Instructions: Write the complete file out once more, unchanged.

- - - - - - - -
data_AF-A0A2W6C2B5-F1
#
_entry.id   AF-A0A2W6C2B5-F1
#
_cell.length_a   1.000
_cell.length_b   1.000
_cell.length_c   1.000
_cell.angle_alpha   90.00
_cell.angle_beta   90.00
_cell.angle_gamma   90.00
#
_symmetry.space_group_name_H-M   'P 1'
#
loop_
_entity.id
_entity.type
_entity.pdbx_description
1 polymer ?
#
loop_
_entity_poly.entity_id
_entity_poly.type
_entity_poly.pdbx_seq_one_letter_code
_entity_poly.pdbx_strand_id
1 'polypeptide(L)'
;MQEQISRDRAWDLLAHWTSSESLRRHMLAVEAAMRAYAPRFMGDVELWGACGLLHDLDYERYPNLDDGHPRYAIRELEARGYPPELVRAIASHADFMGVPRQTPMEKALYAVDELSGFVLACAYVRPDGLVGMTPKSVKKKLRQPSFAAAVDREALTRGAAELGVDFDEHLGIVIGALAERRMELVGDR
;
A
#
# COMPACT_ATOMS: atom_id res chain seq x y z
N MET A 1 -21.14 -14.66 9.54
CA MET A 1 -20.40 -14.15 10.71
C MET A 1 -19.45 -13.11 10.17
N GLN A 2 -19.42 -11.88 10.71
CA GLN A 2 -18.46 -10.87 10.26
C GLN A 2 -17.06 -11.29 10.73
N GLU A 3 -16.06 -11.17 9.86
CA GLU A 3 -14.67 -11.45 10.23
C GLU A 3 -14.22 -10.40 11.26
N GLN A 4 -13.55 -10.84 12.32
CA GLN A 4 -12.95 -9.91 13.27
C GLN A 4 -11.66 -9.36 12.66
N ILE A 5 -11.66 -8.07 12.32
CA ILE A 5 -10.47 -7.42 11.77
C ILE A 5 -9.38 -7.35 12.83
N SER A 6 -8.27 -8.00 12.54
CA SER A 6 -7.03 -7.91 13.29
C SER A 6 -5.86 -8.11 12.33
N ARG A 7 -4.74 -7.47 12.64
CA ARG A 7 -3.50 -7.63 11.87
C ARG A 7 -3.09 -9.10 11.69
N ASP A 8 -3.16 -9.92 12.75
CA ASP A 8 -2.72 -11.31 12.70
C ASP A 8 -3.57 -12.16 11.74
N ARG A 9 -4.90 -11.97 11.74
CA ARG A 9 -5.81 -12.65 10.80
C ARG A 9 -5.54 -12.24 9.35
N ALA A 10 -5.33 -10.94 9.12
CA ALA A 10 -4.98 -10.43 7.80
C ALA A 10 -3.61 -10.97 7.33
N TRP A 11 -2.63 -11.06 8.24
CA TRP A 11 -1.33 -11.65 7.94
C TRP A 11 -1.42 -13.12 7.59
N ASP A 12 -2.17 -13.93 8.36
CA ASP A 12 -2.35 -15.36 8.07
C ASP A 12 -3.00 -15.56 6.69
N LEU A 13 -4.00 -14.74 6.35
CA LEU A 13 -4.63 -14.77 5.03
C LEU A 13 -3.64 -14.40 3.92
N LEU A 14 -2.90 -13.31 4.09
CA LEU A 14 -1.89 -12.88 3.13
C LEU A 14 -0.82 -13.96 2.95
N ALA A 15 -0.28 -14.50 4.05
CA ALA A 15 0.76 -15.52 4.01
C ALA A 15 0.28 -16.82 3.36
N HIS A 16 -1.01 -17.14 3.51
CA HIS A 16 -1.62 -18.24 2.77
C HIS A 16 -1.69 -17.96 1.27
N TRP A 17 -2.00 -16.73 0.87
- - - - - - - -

data_AF-A0A2W6C2B5-F1
#
_entry.id   AF-A0A2W6C2B5-F1
#
_cell.length_a   1.000
_cell.length_b   1.000
_cell.length_c   1.000
_cell.angle_alpha   90.00
_cell.angle_beta   90.00
_cell.angle_gamma   90.00
#
_symmetry.space_group_name_H-M   'P 1'
#
loop_
_entity.id
_entity.type
_entity.pdbx_description
1 polymer ?
#
loop_
_entity_poly.entity_id
_entity_poly.type
_entity_poly.pdbx_seq_one_letter_code
_entity_poly.pdbx_strand_id
1 'polypeptide(L)'
;MQEQISRDRAWDLLAHWTSSESLRRHMLAVEAAMRAYAPRFMGDVELWGACGLLHDLDYERYPNLDDGHPRYAIRELEARGYPPELVRAIASHADFMGVPRQTPMEKALYAVDELSGFVLACAYVRPDGLVGMTPKSVKKKLRQPSFAAAVDREALTRGAAELGVDFDEHLGIVIGALAERRMELVGDR
;
A
#
# COMPACT_ATOMS: atom_id res chain seq x y z
N MET A 1 -21.14 -14.66 9.54
CA MET A 1 -20.40 -14.15 10.71
C MET A 1 -19.45 -13.11 10.17
N GLN A 2 -19.42 -11.88 10.71
CA GLN A 2 -18.46 -10.87 10.26
C GLN A 2 -17.06 -11.29 10.73
N GLU A 3 -16.06 -11.17 9.86
CA GLU A 3 -14.67 -11.45 10.23
C GLU A 3 -14.22 -10.40 11.26
N GLN A 4 -13.55 -10.84 12.32
CA GLN A 4 -12.95 -9.91 13.27
C GLN A 4 -11.66 -9.36 12.66
N ILE A 5 -11.66 -8.07 12.32
CA ILE A 5 -10.47 -7.42 11.77
C ILE A 5 -9.38 -7.35 12.83
N SER A 6 -8.27 -8.00 12.54
CA SER A 6 -7.03 -7.91 13.29
C SER A 6 -5.86 -8.11 12.33
N ARG A 7 -4.74 -7.47 12.64
CA ARG A 7 -3.50 -7.63 11.87
C ARG A 7 -3.09 -9.10 11.69
N ASP A 8 -3.16 -9.92 12.75
CA ASP A 8 -2.72 -11.31 12.70
C ASP A 8 -3.57 -12.16 11.74
N ARG A 9 -4.90 -11.97 11.74
CA ARG A 9 -5.81 -12.65 10.80
C ARG A 9 -5.54 -12.24 9.35
N ALA A 10 -5.33 -10.94 9.12
CA ALA A 10 -4.98 -10.43 7.80
C ALA A 10 -3.61 -10.97 7.33
N TRP A 11 -2.63 -11.06 8.24
CA TRP A 11 -1.33 -11.65 7.94
C TRP A 11 -1.42 -13.12 7.59
N ASP A 12 -2.17 -13.93 8.36
CA ASP A 12 -2.35 -15.36 8.07
C ASP A 12 -3.00 -15.56 6.69
N LEU A 13 -4.00 -14.74 6.35
CA LEU A 13 -4.63 -14.77 5.03
C LEU A 13 -3.64 -14.40 3.92
N LEU A 14 -2.90 -13.31 4.09
CA LEU A 14 -1.89 -12.88 3.13
C LEU A 14 -0.82 -13.96 2.95
N ALA A 15 -0.28 -14.50 4.05
CA ALA A 15 0.76 -15.52 4.01
C ALA A 15 0.28 -16.82 3.36
N HIS A 16 -1.01 -17.14 3.51
CA HIS A 16 -1.62 -18.24 2.77
C HIS A 16 -1.69 -17.96 1.27
N TRP A 17 -2.00 -16.73 0.87